At the very least, your pitch should seem easier than saving the world.
By Lauren Cochran, Director of Private Investments, Blue Haven Initiative
It seemed like a good idea at the time: farming cassava in Mozambique to produce ethanol and bring safe, affordable cooking energy to communities that have traditionally relied on burning coal and other solid fuels, while also improving farming practices. Three billion people burn coal and other solid fuels for cooking, generating toxic smoke that causes an estimated 4.3 million premature deaths annually per the World Health Organization. This includes almost 600,000 deaths in Africa, primarily in sub-Saharan countries.
The entrepreneur behind the cassava ethanol start-up envisioned a scalable, self-sustaining ecosystem that would make money and save lives. The pitch found receptive ears among early-stage impact investors seeking ventures that generate financial returns and create sustainable social and environmental benefits.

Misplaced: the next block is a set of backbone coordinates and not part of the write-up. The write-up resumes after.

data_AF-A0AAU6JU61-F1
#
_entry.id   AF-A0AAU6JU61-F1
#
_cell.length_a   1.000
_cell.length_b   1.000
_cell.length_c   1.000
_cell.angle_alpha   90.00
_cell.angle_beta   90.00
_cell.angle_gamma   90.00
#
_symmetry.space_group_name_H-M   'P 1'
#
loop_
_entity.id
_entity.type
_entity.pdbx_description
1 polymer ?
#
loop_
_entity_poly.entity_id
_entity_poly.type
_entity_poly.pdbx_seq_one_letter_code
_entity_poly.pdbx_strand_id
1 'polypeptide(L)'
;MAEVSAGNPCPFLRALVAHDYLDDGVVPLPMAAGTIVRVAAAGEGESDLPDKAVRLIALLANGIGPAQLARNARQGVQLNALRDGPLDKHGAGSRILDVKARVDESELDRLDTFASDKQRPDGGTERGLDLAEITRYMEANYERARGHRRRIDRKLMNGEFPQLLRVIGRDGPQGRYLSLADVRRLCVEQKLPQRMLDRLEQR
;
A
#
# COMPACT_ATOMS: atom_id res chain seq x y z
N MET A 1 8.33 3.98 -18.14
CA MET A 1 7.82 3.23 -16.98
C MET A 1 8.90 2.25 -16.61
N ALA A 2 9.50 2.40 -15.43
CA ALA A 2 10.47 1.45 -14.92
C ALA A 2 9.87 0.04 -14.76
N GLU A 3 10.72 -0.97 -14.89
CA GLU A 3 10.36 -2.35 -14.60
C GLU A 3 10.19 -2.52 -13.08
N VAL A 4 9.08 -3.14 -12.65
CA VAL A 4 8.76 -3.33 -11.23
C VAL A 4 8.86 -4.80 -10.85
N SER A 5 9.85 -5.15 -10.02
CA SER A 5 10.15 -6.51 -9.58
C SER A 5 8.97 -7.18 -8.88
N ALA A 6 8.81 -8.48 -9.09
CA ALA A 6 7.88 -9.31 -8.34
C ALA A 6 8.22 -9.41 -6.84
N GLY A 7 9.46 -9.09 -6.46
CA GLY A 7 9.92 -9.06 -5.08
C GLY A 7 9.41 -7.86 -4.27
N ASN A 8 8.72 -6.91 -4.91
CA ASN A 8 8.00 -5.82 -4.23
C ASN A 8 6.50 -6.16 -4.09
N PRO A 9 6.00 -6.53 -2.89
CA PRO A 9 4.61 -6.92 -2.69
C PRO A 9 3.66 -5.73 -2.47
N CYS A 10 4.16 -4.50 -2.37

Money came pouring in, but the intricate ecosystem never materialized. Managing the distribution of fuel tanks and stoves while ensuring timely refills for rural customers was unexpectedly complicated and costly. Ethanol production, alas, wasn't close enough to where the fuel needed to go and when the product wasn't readily available, changing existing habits was nearly impossible.
As impact investing gains popularity, many investors are driven by the desire to feel good, sometimes at the expense of commercial due diligence. To be clear, certain investors are in the business of taking gambles with the goal of de-risking a new business model or priming an ecosystem for commercial capital--an intentional concession of potential return in exchange for outsized impact. This is tricky business in a place like Mozambique where basic distribution infrastructure is non-existent and customers have been cooking the same way for generations.